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This Could Be the Next Chicago Police Shooting Video to Roil the City

5 minute read

The day after black teenager Cedrick Chatman was fatally shot by a white Chicago Police Department officer in January 2013, lawyer Brian Coffman got a telephone call. It was the 17-year-old’s godmother, asking the Chicago attorney to represent the family. At the time, Coffman says, he thought the case would go nowhere.

“The reports were the kid was running down the street, had a black object in his hand, stopped in the middle of the street and turned around and pointed it at an officer,” he tells TIME. “But that was the furthest thing from the truth.” A video recording of what happened to Chatman almost three years ago, which Coffman says shows the unarmed teen running from police without threatening them, could be made public next month and is poised to be the latest incident of police force to potentially roil Chicago.

Recently released videos showing the shooting deaths of 17-year-old Laquan McDonald and 25-year-old Ronald Johnson, both of whom were killed by police in October 2014, sparked unrest in Chicago and led to the sacking of the city’s chief of police. Officer Jason Van Dyke, who shot McDonald 16 times, was criminally charged in the teen’s death, but prosecutors declined to bring charges against Officer George Hernandez, who shot and killed Johnson. Since then, Mayor Rahm Emanuel fired Chicago Police Superintendent Garry McCarthy and announced a task force on police accountability. Protesters, meanwhile, have called for the mayor’s resignation.

Read More: Chicago Mayor Apologizes for Police Shooting Death of Laquan McDonald

Videos of the Chatman incident have remained sealed, so far. Last week, U.S. District Judge Robert Gettleman declined to make the recordings public but signaled that he would likely order the videos released in January through pretrial motions. Coffman, who represents the Chatman family, has received copies of three videos of the incident through a wrongful death and use of excessive force lawsuit against the city of Chicago and the officers involved.

Coffman says the recordings show that on the afternoon of Jan. 7, 2013, Officers Kevin Fry and Lou Toth pulled up in an unmarked police car alongside Chatman, who was driving a stolen silver Dodge Charger in Chicago’s South Shore neighborhood. Chatman jumps out of the vehicle as both officers exit their car with guns drawn, Coffman says. While Officer Toth chases Chatman, Officer Fry runs at a diagonal down the middle of the street and begins shooting, firing four times and hitting Chatman twice. Coffman says about seven seconds elapse between when Chatman gets out of his car and when he’s shot.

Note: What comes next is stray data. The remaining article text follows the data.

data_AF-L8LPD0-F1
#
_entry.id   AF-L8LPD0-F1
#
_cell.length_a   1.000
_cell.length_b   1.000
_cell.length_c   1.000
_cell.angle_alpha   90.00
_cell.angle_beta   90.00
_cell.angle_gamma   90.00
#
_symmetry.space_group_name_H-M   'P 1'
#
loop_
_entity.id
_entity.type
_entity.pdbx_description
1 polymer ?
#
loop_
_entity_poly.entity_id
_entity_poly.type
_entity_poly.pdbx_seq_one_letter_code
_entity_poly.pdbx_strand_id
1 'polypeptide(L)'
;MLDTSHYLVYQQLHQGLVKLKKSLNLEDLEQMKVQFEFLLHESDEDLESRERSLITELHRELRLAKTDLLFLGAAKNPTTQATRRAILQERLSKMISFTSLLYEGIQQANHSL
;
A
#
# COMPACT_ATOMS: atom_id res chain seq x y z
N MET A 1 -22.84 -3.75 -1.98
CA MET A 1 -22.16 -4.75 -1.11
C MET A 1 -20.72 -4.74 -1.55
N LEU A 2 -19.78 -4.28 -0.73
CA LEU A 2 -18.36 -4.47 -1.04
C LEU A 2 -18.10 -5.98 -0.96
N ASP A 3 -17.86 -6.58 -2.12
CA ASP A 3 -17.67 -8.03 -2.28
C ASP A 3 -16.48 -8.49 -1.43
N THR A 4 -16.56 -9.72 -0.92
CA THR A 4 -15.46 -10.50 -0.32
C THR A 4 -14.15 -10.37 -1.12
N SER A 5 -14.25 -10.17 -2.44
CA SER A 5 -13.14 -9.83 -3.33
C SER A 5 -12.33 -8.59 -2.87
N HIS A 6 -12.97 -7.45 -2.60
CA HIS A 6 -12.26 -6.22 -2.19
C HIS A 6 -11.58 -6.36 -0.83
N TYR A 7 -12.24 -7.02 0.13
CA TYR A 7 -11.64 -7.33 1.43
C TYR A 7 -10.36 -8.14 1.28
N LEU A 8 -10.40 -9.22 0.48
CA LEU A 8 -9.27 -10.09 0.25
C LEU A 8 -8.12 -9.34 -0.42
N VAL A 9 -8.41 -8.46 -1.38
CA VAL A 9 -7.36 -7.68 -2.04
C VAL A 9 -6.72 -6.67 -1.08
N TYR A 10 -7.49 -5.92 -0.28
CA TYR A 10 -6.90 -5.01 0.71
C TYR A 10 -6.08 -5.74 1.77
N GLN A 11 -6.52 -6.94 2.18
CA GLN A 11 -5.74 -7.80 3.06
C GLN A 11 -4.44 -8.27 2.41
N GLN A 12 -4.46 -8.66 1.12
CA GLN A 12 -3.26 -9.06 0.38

Chicago police, however, claim otherwise. In a report of the incident conducted by the Independent Police Review Authority, an agency that investigates police misconduct, officials claim that Chatman “pulled out a dark object and pointed it at the officers,” which they believed was a gun.

“When the driver of the vehicle reached the corner, he began to turn to his right slightly,” Fry said in a statement, according to the IPRA report. “I observed in his right hand a dark gray or black object which I believed to be a handgun. In fear of Officer Toth’s life and my own life, I fired four shots at the driver of the vehicle.” Evidence from the scene later showed that Chatman had been unarmed and holding a black iPhone box.

Read More: No Charges Against Chicago Officer Who Shot Black Man in Back

The IPRA report ultimately found the Fry’s use of force was justified. He is reportedly still on the force and was not put on desk duty during the investigation. The police referred TIME to the city’s legal department, which issued the following statement: “A judge agreed in this case that releasing the video would prejudice a trial. As Mayor Emanuel has said, the City of Chicago clearly needs a new policy around releasing videos that accounts for all issues and we’re working on it with the help of the recently appointed task force.”

One of the investigators initially working on the case for IPRA was Lorenzo Davis, a former supervising investigator who initially found that the shooting of Chatman was illegal. Davis’s account of the video largely matches that of Coffman’s, and he claims he was pressured into changing his findings in the Chatman case by Scott Ando, the former head of IPRA, and was fired for refusing to do so. “Someone changed the report after I was fired,” says Davis, who is currently suing the city for wrongful termination.

Ando resigned earlier this month and says there’s no difference between what the videos show and the final IPRA report. “This is all I’ll say: that lawyer is wrong and when you see the videotape, you’ll see that,” Ando tells TIME. Officials with IPRA declined to comment.

The next court date in the Chatman case is Jan. 14, when a ruling on the videos could be handed down. But there are already worries that their release could spark further protests around the city. “I believe the citizens of Chicago will be outraged by what they see,” Coffman says.

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